Happy senior couple saving retirement plan and pension money - Shutterstock ID 1062331313 By MicroOne
A 2018 Medicaid IRA rule offers nursing home cost protection for married couples. Illustration of a happy senior couple saving retirement plan and pension money
By MicroOne – Shutterstock ID 1062331313

Homes and land used to be most people’s most valuable assets, but many retirees’ retirement plan values rival or exceed the property values. Long-term health costs threaten those prized assets when an ailing person’s health issues require rehabilitation or nursing home care. This article explains surprising new IRA protection opportunities created by recent Indiana Medicaid rule changes, so that people can consult with elder law attorneys to protect assets.

Basic Indiana Medicaid Eligibility Requirements for Nursing Home Residents

Indiana’s general Medicaid rules treat married and unmarried people differently when they apply for Medicaid assistance to pay nursing home costs (an average cost of $6,527/month). An unmarried nursing home resident must have no more than one vehicle, some personal items, and other assets worth $2,000 or less. A married nursing resident has the same general limits as an unmarried person, but the resident’s spouse can keep a home, other land, the spouse’s IRA, and as much as $126,420 worth of other assets in some cases.

Medicaid Policy Changes for IRAs

Indiana Medicaid policy changed within the past 5 years to allow a married nursing home resident’s spouse to keep the spouse’s IRA plus other assets. The state of Indiana surprised elder law attorneys with a 2018 Medicaid policy change about a nursing home resident’s IRA. The surprising part of the new policy is that nursing home resident does not have to cash an IRA and spend the money down to $2,000 if the resident receives regular, periodic the retirement account payments. The new Medicaid policy treats retirement account payments as income that the resident must pay for nursing home care.

Lack of Medicaid IRA Rule Clarity

The new Medicaid policy says a nursing home resident’s IRA counts as part of the $2,000 resource limit if retirement account payments are sporadic withdrawals. The policy offers no clear distinction between “regular” and “sporadic” payments.

Medicaid IRA Rule Problem for IRA Owners Over 70 ½ Years of Age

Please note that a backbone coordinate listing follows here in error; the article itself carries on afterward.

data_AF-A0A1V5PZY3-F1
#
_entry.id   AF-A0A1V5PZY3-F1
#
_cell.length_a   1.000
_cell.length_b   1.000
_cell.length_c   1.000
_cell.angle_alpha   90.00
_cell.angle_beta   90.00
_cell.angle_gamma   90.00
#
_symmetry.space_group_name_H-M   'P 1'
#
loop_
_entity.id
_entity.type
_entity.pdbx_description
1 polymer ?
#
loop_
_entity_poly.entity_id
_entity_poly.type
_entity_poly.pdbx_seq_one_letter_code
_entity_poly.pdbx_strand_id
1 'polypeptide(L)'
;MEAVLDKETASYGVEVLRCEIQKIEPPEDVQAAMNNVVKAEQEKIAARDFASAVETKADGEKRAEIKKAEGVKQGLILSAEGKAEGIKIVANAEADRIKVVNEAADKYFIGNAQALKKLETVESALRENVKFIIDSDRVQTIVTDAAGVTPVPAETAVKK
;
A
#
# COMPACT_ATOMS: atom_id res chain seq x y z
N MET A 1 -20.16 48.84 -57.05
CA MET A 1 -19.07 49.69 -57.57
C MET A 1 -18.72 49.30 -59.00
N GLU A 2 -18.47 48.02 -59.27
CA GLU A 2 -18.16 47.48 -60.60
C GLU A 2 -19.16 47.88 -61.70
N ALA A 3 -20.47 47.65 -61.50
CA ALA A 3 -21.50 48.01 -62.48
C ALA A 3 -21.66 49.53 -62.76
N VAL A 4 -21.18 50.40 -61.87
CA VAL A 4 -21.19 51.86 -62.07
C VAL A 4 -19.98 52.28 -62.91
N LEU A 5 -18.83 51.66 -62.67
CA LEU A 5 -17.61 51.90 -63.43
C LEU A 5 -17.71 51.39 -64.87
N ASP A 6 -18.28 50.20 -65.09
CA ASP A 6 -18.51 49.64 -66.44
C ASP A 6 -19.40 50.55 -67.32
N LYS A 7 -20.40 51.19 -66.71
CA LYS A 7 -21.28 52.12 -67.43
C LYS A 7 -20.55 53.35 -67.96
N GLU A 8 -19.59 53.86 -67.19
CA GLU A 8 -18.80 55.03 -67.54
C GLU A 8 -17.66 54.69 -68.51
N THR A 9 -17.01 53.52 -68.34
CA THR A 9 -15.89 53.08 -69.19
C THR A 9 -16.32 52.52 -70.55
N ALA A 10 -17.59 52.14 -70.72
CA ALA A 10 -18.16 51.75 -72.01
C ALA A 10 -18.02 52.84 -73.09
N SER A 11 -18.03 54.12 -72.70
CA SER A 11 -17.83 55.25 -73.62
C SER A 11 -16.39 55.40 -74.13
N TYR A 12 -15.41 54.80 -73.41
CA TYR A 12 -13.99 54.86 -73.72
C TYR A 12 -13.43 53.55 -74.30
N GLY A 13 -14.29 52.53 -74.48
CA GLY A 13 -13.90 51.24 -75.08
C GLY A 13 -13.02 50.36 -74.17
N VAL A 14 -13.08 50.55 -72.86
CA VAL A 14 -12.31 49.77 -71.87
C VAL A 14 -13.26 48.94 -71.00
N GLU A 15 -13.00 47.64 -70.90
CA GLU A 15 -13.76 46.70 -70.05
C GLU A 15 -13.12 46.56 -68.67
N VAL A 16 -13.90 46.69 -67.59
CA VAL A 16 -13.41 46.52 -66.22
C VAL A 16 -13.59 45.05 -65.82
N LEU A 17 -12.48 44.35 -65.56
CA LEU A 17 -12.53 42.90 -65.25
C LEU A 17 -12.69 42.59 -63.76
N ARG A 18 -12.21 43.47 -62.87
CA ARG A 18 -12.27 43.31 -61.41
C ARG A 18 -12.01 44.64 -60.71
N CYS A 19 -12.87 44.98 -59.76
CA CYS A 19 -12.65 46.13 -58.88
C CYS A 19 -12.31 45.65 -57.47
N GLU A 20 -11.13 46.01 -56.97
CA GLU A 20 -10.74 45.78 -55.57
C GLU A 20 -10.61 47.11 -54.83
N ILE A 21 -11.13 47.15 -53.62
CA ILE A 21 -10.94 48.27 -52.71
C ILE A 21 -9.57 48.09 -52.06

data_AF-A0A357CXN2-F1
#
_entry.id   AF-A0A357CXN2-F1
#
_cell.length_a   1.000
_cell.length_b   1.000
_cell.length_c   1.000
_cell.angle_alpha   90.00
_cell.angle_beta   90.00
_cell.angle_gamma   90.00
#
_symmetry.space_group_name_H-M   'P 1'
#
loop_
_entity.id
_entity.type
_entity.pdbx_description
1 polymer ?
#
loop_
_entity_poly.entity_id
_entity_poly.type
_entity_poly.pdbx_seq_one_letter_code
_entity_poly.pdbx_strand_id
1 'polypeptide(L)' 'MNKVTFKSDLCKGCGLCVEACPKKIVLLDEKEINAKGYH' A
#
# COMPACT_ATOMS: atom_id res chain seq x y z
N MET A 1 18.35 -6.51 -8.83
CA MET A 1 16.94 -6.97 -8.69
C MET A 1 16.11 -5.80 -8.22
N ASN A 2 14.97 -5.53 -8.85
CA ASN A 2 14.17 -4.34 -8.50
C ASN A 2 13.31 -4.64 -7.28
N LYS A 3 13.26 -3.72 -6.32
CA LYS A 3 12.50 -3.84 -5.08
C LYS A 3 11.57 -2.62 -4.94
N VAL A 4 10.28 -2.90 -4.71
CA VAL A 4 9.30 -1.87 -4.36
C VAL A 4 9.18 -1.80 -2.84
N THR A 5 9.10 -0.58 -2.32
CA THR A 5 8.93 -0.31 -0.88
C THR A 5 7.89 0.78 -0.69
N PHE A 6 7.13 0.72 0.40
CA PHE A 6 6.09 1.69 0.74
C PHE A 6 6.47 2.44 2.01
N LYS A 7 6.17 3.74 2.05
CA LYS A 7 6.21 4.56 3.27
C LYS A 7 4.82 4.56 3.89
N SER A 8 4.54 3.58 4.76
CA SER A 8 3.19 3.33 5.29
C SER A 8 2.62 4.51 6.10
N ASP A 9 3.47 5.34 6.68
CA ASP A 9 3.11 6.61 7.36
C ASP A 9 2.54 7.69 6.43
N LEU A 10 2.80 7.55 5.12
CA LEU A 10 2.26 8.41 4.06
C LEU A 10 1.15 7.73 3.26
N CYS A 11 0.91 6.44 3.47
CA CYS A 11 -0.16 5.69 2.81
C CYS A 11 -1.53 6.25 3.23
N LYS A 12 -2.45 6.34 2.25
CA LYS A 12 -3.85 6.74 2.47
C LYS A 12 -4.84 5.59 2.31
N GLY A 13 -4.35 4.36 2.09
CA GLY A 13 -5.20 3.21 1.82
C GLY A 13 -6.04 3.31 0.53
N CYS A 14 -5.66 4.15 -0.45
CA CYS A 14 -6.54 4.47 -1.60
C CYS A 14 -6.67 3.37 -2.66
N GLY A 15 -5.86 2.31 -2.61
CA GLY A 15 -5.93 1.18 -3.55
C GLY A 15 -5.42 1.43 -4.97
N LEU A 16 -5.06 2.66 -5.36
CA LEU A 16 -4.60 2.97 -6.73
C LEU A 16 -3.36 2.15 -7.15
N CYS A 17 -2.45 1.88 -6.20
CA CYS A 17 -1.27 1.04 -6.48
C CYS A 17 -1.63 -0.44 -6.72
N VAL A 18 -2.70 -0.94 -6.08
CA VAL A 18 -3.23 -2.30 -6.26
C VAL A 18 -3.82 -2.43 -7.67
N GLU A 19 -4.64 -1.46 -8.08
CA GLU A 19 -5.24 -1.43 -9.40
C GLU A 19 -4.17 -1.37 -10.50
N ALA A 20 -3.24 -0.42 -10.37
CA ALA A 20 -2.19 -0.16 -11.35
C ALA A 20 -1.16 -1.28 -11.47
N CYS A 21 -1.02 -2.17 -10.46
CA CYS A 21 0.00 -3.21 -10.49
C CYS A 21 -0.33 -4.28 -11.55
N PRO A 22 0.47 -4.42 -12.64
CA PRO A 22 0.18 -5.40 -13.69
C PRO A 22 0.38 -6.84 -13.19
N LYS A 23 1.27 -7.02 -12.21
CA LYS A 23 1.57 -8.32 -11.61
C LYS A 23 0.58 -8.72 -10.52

The regular/sporadic uncertainty can be a big issue for retirees that are older than 70 ½ years of age. Federal tax law requires an IRA owner must withdraw required minimum distributions (RMD) from an IRA after reaching 70 ½ years of age. The amount of the RMD changes each year as the IRA owner’s life expectancy changes. Unfortunately, the Medicaid policy says nothing about whether the RMD change is “sporadic”

Probable Future Medicaid IRA Rule Changes

The state of Indiana often changes a new Medicaid rule several times before settling on a clear rule. At about the same time as Indiana changed its IRA rule, the state also changed its rules on life insurance policies and prepaid funeral plans at least twice. The state’s recent rule-changing behavior indicates that the state may modify the regular/sporadic IRA payments policy at least once in the next year or two, so people should check with their elder law attorneys before assuming anything about existing Medicaid .

Asset Protection Planning Big Picture

The 2018 Medicaid rule changes are just the latest examples of Medicaid law turbulence. Most experienced elder law attorneys focus cautiously on the big picture about all Medicaid rules. Elder law attorneys may be able to protect many retirement plans with the new IRA payments rule, but other asset protection planning issues may require other tactics. Medicaid law turbulence increases the need for people to seek estate planning and asset protection guidance from experienced elder law attorneys.

About the Authors

Jeff R. Hawkins and Jennifer J. Hawkins have practiced in the areas of trusts, estates, and elder law for over 26 years. Both lawyers are Trust & Estate Specialty Board Certified Indiana Trust & Estate Lawyers and active members of the Indiana State Bar Association and National Academy of Elder Law Attorneys. Both lawyers are admitted to practice law in Indiana, and Jeff Hawkins is admitted to practice law in Illinois. Jeff is also a registered civil mediator, a Fellow of the American College of Trust and Estate Counsel and the Indiana Bar Foundation;  a member of the Illinois State Bar Association and the Indiana Association of Mediators; and he was the 2014-15 President of the Indiana State Bar Association. Find more information about these and other topics at www.HawkinsLaw.com. © Copyright 2018 Hawkins Law PC. All rights reserved.

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